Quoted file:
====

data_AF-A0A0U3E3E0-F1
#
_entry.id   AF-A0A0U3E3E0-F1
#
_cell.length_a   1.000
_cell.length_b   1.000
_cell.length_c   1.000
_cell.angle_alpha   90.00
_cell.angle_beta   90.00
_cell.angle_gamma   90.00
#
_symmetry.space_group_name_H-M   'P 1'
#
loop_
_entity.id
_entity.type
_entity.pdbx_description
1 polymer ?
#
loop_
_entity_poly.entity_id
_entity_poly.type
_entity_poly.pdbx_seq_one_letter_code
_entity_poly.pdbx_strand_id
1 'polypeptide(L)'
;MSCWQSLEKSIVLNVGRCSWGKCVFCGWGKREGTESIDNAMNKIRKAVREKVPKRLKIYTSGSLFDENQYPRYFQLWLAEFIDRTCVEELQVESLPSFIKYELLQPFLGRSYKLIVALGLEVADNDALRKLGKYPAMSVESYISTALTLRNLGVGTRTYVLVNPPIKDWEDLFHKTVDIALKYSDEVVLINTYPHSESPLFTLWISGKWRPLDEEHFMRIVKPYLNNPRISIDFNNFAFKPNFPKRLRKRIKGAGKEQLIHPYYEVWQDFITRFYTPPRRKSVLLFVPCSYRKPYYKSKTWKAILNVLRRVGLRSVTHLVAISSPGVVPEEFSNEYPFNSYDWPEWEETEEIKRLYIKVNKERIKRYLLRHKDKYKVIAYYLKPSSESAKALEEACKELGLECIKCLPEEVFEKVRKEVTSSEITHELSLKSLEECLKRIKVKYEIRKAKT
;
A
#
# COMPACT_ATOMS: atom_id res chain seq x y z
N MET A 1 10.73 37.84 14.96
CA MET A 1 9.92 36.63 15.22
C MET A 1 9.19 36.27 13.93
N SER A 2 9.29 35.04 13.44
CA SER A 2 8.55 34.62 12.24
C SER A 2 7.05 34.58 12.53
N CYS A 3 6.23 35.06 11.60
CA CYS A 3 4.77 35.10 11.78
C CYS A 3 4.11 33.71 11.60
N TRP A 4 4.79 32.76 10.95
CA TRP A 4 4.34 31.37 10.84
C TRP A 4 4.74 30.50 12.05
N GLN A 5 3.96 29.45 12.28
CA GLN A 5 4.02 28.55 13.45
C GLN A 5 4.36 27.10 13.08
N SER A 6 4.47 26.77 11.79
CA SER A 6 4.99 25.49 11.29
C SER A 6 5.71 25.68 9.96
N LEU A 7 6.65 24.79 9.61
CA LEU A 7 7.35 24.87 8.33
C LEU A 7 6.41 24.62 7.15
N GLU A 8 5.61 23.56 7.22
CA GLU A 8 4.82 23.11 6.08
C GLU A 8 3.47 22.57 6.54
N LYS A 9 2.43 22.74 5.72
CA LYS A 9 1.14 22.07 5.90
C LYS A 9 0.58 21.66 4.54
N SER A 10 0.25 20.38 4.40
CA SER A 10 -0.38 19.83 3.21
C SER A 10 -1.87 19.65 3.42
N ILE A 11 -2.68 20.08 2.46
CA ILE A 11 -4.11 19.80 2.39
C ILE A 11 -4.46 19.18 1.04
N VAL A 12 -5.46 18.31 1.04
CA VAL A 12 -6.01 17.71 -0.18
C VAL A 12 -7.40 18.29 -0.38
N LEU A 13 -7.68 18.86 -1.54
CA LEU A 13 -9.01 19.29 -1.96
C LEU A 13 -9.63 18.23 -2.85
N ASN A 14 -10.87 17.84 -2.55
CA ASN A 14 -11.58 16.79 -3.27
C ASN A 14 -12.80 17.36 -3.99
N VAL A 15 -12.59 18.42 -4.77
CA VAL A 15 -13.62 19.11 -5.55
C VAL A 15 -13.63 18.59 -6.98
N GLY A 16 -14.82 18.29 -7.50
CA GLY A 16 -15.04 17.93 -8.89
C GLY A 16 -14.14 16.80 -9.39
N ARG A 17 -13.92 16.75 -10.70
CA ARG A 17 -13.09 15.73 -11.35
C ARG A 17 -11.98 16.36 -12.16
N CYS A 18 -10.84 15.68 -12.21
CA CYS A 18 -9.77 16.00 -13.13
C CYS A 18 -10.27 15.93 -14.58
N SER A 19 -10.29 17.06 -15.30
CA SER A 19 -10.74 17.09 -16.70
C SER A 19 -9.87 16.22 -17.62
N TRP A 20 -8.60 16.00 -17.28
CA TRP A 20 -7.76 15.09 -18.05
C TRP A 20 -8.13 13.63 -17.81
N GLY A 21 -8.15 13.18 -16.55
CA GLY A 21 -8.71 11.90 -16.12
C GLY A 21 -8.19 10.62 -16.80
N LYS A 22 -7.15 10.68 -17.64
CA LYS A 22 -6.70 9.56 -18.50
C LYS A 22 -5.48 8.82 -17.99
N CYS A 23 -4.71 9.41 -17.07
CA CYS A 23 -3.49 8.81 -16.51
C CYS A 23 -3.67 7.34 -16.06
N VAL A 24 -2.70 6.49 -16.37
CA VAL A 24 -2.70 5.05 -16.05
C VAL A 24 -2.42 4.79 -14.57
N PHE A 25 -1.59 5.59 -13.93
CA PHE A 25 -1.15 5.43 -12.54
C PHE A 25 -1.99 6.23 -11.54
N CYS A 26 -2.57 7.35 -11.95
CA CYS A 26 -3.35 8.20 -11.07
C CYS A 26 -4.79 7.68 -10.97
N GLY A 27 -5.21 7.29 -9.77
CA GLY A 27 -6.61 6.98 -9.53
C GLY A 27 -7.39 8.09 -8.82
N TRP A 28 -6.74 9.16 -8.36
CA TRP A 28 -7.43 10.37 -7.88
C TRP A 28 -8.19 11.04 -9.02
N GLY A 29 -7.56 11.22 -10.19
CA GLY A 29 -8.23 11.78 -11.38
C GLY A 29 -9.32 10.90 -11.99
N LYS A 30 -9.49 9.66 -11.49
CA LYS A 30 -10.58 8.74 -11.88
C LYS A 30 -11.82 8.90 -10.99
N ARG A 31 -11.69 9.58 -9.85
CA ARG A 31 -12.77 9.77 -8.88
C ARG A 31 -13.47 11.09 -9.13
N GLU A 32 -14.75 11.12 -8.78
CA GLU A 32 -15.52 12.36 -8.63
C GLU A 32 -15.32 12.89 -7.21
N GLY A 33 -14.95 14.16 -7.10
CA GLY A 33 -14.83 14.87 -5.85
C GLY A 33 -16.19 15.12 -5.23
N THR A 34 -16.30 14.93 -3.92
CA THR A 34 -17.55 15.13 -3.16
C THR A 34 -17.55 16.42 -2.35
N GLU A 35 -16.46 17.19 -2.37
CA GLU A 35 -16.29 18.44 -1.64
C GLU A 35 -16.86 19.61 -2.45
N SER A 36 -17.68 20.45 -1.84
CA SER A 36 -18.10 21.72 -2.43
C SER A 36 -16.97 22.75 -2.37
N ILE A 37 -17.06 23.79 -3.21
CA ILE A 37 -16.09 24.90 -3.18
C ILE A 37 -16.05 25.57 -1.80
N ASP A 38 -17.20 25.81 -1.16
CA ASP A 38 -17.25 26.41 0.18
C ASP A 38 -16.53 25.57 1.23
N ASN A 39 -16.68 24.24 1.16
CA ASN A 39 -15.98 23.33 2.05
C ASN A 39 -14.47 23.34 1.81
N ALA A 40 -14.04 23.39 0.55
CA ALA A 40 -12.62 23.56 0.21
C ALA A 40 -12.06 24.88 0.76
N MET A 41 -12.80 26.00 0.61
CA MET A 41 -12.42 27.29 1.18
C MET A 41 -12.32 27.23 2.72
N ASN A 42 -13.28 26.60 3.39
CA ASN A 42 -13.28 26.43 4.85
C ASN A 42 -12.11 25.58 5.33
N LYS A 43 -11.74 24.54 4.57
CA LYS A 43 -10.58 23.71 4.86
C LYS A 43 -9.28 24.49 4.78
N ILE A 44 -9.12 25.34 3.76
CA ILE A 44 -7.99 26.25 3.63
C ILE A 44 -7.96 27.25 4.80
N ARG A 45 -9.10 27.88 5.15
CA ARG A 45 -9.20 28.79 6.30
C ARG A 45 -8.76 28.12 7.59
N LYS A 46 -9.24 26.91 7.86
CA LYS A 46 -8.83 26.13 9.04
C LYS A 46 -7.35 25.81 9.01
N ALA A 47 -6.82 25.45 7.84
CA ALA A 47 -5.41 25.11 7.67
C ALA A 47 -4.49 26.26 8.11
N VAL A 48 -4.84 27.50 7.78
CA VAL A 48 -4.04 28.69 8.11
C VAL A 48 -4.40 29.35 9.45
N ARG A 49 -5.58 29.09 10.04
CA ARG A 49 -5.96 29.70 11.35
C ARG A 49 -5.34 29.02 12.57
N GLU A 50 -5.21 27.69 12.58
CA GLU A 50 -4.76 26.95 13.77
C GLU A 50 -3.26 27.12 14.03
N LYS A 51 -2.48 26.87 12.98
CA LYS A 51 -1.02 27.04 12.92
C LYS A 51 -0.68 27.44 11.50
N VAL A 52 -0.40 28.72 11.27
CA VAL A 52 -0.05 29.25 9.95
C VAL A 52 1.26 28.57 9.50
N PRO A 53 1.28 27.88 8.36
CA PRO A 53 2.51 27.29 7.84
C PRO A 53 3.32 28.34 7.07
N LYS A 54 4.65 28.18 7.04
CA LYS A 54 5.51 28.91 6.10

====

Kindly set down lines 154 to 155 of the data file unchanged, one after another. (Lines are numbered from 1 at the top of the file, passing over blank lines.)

N ASN A 42 -13.28 26.60 3.39
CA ASN A 42 -13.28 26.43 4.85